A good example is the use of social media. A lot of us find social media helpful and advantageous. We use it to get in touch with our family and friends. We may be separated from them by physical distance but through the technology we are able to be updated on the current news about them and vice versa. Information dissemination became very easy. A single tweet, Facebook status and other post on different social media channels may reach a long way and several ethical consequences. Among these are the spread of misinformation that may be perceived as fact, the risk of identity theft and cyber-bullying.

The Controversial Anti-Cybercrime Law.

The Cybercrime Prevention Act of 2012 (Republic Act No. 10175) was passed into law last September 12, 2012. The law aims to provide punishment for certain cybercrime offenses (Section 4, RA 10175). However, the law was not accepted widely. Many find the law flawed and unconstitutional. The law is said to violate the rights guaranteed by the 1987 Constitution such as the freedom of expression, due process, equal protection of the law, double jeopardy and prohibition on illegal seizure.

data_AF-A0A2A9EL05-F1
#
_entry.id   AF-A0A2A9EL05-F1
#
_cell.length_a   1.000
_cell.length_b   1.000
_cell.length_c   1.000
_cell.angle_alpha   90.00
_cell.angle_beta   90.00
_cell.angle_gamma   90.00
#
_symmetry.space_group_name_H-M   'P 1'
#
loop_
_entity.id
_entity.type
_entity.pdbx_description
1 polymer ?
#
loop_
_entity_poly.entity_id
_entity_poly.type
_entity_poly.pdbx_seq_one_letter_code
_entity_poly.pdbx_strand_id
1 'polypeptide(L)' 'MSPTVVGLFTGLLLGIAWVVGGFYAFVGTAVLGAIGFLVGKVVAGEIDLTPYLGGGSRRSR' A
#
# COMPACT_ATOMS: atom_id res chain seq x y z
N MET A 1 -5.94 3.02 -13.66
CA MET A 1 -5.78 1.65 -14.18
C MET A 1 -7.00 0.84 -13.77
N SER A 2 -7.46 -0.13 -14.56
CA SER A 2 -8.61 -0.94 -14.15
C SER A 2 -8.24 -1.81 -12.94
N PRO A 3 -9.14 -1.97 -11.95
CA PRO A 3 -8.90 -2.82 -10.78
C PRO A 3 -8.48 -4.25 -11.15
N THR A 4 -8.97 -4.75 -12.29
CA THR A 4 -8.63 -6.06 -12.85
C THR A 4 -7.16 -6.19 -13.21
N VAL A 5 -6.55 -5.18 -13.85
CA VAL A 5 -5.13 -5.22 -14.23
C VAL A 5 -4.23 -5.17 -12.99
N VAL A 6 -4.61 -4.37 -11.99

Some even put the blame to a certain Senator who prior to the enactment of the law suffered cyber-bullying. Due to the flood of protests against the law, a temporary restraining order (TRO) was issued by the Supreme Court on October 9, 2012 against the Cybercrime Prevention Act or Republic Act 10175. The TRO suspends the law in its entirety for a period of 120 days.

An Upgraded Anti-Cybercrime Law?

On November 12, 2012, Senator Miriam Defensor-Santiago filed the Magna Carta for Philippine Internet Freedom (Senate Bill 3327) and seeks to replace the controversial Cybercrime Prevention Act (RA 10175). According to the Lady Senator, Senate Bill 3327 addressed the deficiencies of RA 10175 and would protect the rights and freedoms of netizens while defining and penalizing cybercrimes.